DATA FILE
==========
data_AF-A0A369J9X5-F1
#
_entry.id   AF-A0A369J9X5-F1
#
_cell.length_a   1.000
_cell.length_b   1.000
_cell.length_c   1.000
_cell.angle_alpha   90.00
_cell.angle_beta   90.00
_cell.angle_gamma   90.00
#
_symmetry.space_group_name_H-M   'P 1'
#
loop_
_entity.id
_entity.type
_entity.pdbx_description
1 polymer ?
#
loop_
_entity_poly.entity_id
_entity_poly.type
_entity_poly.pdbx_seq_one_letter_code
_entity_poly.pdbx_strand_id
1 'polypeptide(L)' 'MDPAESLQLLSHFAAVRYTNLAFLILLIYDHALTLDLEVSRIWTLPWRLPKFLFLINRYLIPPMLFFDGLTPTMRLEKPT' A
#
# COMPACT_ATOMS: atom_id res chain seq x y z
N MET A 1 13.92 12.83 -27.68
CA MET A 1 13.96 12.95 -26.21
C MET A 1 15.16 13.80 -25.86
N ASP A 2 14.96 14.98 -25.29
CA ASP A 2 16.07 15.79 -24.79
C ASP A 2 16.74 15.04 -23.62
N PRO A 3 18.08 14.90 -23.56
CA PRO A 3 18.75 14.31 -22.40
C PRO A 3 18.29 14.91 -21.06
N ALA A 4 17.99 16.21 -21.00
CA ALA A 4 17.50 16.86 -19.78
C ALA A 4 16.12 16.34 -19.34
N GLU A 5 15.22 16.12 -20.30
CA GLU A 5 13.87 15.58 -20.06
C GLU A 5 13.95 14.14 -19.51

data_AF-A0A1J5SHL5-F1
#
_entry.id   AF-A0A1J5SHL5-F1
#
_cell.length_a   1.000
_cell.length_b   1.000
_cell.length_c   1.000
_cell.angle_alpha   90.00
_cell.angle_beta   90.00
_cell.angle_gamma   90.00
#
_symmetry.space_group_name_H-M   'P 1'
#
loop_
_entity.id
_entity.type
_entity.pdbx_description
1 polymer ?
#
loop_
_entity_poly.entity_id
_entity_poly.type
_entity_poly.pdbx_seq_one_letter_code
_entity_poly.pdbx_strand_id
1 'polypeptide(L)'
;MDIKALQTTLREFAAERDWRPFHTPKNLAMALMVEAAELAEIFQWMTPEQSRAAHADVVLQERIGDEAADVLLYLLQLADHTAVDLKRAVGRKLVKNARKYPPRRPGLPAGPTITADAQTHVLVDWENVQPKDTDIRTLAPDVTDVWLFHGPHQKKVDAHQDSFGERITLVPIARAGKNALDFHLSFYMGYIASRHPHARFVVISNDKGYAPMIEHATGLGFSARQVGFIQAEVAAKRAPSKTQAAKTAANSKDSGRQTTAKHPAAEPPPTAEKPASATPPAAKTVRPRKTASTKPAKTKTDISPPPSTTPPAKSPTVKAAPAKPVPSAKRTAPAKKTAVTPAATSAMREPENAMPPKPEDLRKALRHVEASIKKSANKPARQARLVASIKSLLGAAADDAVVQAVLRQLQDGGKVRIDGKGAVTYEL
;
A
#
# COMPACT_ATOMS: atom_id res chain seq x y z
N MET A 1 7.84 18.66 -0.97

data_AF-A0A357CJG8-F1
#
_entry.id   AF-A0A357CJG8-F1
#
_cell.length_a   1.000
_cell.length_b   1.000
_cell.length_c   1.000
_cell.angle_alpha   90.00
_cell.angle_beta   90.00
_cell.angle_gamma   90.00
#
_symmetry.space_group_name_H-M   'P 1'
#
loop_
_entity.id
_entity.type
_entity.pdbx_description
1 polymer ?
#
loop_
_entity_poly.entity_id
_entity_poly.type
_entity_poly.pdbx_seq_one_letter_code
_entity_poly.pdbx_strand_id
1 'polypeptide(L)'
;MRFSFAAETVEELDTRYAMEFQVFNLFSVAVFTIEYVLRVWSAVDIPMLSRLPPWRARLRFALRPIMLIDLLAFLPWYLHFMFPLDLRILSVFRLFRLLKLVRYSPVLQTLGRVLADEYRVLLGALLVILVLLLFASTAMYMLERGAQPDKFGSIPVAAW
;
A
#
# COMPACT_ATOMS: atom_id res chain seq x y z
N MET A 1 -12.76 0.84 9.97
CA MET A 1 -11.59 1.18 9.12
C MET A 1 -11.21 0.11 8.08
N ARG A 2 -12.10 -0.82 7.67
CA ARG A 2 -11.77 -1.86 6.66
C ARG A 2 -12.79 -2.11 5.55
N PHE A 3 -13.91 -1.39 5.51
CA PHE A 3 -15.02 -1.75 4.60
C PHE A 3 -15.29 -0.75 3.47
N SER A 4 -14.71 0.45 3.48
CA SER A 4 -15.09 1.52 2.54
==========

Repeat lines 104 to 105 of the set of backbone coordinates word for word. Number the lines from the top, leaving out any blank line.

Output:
N MET A 1 -12.76 0.84 9.97
CA MET A 1 -11.59 1.18 9.12